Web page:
Friday, July 13, 2018

THE WINTER IN JULY BLOGATHON: Day of the Outlaw (1959)


Debbie Vega is at it again as Moon in Gemini hosts The Winter in July Blogathon on July 13, 14 and 15. It's all about films that take place in the winter so click HERE to get your chills.


"You don't find much mercy anywhere in Wyoming."
- Blaise Starrett

Rancher Blaise Starrett (Robert Ryan) has come to town. The town of Bitters, Wyoming is a collection of buildings and twenty or so citizens from outlying farms. A warm breeze brings the promise of springtime, but there will be one last storm before the end of this long winter.

"What have you been thinking about all winter? Barbed wire or Crane's pretty wife, Helen?"
- Dan

Starrett is a rage-filled man. A farmer named Hal Crane plans to fence his land with barbed wire. The brooding Starrett will kill Crane before he lets that happens. Dan (Nehemiah Persoff), Starrett's trusted friend and foreman is heartsick over Starrett's intention.


"You back your orders with guns. You want another man's wife but the man has to be dead before you'll take her."
- Helen Crane

Starrett and Helen Crane's (Tina Louise) affair ended practically before it started, but they have let their illicit feelings simmer over the past months and now the entire town knows a showdown is coming. The people of Bitters are neither innocent bystanders nor salacious gossipers. Blaise Starrett was a man who tamed the land and is a leader in the community. They want to be his friend and they want him to be a good neighbour. They will not stand for a killing.


"Now listen, do as you're told and you can go about your business just like we're not here, almost."
- Captain Jack Bruhn

The private squabbles in the town take a back seat to the arrival of a gang of outlaws. Former Captain Jack Bruhn (Burl Ives) leads a gang that is on the run from the Cavalry. They have loot in the amount of forty thousand dollars, and more than one murder victim left on the trail. Bruhn lets the populace know that the kind of men he commands could tear the town apart, and only he can handle them.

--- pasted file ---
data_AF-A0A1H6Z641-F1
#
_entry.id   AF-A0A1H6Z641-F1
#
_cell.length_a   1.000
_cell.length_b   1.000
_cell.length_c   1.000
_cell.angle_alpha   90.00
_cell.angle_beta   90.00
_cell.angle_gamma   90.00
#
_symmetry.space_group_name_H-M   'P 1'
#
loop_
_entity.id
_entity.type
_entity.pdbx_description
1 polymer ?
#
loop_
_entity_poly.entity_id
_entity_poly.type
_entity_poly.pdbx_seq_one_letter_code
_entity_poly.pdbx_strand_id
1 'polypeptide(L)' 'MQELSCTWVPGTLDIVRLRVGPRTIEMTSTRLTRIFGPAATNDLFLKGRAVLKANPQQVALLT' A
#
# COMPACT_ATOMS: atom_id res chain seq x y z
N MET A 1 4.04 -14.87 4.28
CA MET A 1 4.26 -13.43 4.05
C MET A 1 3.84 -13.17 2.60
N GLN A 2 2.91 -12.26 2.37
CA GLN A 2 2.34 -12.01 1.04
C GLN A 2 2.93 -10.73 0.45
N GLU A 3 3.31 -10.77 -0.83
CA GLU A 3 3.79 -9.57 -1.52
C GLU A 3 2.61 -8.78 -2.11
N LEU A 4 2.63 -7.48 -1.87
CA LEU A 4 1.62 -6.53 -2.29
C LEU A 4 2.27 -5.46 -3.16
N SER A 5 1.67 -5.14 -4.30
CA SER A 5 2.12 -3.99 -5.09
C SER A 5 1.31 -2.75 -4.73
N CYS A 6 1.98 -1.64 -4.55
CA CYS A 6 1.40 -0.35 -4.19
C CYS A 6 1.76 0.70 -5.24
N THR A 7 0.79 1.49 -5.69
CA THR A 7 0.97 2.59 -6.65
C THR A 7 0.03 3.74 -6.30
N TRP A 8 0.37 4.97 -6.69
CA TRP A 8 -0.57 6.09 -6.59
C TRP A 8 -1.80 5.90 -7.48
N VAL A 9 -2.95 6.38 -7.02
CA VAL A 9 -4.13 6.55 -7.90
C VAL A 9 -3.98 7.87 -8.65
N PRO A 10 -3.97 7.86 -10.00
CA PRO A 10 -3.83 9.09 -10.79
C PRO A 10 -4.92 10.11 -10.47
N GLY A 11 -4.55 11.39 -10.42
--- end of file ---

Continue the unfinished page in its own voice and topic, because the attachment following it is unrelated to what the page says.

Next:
"Strange how one word can change a man's life. I could have ordered "Retreat"! My command was "Fire!"
- Captain Jack Bruhn

Bruhn's powers of command over his men and the town are displayed early. He demands that the liquor be locked up and his men must keep away from the four women in Bitters. Amazingly, Bruhn, for all his control and bluster, has a bullet lodged in his chest. The only doctor in town is a veterinarian who agrees to remove the bullet. Not the best of circumstances and there is no anesthesia. We learn in a conversation of distraction during the operation that while serving in the Army, Bruhn was the commander under something now known as the Mormon Massacre.

Bruhn is in bad shape after the operation. Morphine is helping with the pain but Doc Langer (Dabbs Greer) explains to Starrett that once morphine no long helps, Bruhn will start coughing and then it is a matter of time before his lungs rip and he dies. Without Bruhn, the gang will ravage the town.


"I don't think you want those women to get hurt. I don't think Bruhn wants it either."
- Blaise Starrett

Desperation leads to a plan to get the women out of town. Delayed by the guard just long enough for the other outlaws to recognize that something is wrong, the hastily made plan was marked for failure. Bruhn demands a reckoning but it doesn't work out as planned. It is Blaise Starrett who lays a beating on the biggest bully in the gang, Tex (Jack Lambert). In retaliation, Starrett is then beaten by two of the gang.